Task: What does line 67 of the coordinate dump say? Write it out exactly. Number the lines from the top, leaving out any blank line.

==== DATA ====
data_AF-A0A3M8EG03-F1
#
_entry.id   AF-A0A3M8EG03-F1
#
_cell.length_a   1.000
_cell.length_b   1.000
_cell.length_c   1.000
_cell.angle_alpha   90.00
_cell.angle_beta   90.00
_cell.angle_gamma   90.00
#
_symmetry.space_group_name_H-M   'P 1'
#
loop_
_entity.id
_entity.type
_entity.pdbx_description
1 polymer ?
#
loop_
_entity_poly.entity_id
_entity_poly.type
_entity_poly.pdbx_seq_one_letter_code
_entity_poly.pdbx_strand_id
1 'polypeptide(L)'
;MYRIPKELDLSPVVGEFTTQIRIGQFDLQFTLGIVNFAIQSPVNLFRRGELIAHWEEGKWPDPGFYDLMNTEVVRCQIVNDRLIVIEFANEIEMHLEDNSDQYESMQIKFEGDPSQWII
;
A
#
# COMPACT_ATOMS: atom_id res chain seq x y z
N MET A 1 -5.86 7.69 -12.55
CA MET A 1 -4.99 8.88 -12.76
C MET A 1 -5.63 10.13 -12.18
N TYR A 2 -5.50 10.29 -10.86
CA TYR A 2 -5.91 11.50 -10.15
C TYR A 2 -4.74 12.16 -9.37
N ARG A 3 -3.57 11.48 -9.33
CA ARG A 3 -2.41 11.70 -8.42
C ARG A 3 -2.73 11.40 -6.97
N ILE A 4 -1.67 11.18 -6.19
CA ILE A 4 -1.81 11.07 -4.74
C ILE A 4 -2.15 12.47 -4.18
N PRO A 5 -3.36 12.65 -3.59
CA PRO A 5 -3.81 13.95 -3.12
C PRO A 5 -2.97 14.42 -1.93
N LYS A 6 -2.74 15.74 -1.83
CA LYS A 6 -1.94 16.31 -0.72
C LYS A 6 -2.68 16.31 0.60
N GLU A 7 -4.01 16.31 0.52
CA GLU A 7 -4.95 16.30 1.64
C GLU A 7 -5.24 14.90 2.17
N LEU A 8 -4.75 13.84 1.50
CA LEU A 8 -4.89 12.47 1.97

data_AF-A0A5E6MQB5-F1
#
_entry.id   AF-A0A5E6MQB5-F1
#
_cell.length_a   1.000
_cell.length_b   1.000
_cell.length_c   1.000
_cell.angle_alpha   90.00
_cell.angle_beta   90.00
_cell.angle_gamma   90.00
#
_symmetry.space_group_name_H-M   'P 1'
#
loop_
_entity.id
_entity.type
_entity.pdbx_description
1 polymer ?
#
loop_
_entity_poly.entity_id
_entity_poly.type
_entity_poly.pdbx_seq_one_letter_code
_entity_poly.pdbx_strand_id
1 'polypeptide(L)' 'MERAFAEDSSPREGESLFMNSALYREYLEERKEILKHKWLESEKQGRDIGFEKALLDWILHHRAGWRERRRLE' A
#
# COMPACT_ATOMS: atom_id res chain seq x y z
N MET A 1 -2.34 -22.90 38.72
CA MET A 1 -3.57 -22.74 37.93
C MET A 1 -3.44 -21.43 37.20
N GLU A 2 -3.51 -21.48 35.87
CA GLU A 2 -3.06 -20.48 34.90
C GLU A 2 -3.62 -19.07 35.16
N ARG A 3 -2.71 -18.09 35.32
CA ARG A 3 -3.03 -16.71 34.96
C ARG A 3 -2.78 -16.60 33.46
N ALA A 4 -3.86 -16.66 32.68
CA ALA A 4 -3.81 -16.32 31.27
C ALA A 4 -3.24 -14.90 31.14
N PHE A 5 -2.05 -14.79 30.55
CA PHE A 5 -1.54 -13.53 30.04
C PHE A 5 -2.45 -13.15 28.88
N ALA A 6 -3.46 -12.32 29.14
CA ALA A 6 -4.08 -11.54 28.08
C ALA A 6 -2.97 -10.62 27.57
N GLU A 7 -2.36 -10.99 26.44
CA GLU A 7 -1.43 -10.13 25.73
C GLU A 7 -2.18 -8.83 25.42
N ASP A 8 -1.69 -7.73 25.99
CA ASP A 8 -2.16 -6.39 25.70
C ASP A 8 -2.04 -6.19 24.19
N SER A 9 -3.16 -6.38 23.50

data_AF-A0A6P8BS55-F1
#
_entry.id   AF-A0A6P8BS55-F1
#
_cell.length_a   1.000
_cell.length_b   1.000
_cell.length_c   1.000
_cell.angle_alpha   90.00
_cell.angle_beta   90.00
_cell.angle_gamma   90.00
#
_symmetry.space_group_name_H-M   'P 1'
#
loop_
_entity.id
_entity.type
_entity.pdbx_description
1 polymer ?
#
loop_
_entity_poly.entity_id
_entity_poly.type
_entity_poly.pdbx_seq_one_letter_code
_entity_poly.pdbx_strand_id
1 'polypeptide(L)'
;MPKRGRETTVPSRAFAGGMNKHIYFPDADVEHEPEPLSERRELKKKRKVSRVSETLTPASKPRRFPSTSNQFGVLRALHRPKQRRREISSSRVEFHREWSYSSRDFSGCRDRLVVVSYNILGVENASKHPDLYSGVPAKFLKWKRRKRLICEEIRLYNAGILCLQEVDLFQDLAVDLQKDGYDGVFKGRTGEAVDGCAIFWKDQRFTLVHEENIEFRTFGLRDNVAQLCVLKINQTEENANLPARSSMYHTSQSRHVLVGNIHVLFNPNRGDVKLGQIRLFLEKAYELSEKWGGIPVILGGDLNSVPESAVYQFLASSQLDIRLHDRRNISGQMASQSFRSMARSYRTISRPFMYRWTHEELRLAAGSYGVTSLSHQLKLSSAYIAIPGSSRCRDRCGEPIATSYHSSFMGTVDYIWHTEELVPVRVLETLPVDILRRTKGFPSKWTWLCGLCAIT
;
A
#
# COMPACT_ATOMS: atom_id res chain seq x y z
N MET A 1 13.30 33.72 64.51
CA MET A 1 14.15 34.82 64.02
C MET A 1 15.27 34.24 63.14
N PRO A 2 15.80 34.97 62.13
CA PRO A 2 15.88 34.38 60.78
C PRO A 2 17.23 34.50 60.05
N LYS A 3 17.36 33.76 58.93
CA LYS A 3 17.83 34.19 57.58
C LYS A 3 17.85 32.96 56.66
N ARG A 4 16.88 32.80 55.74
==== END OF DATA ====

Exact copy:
loop_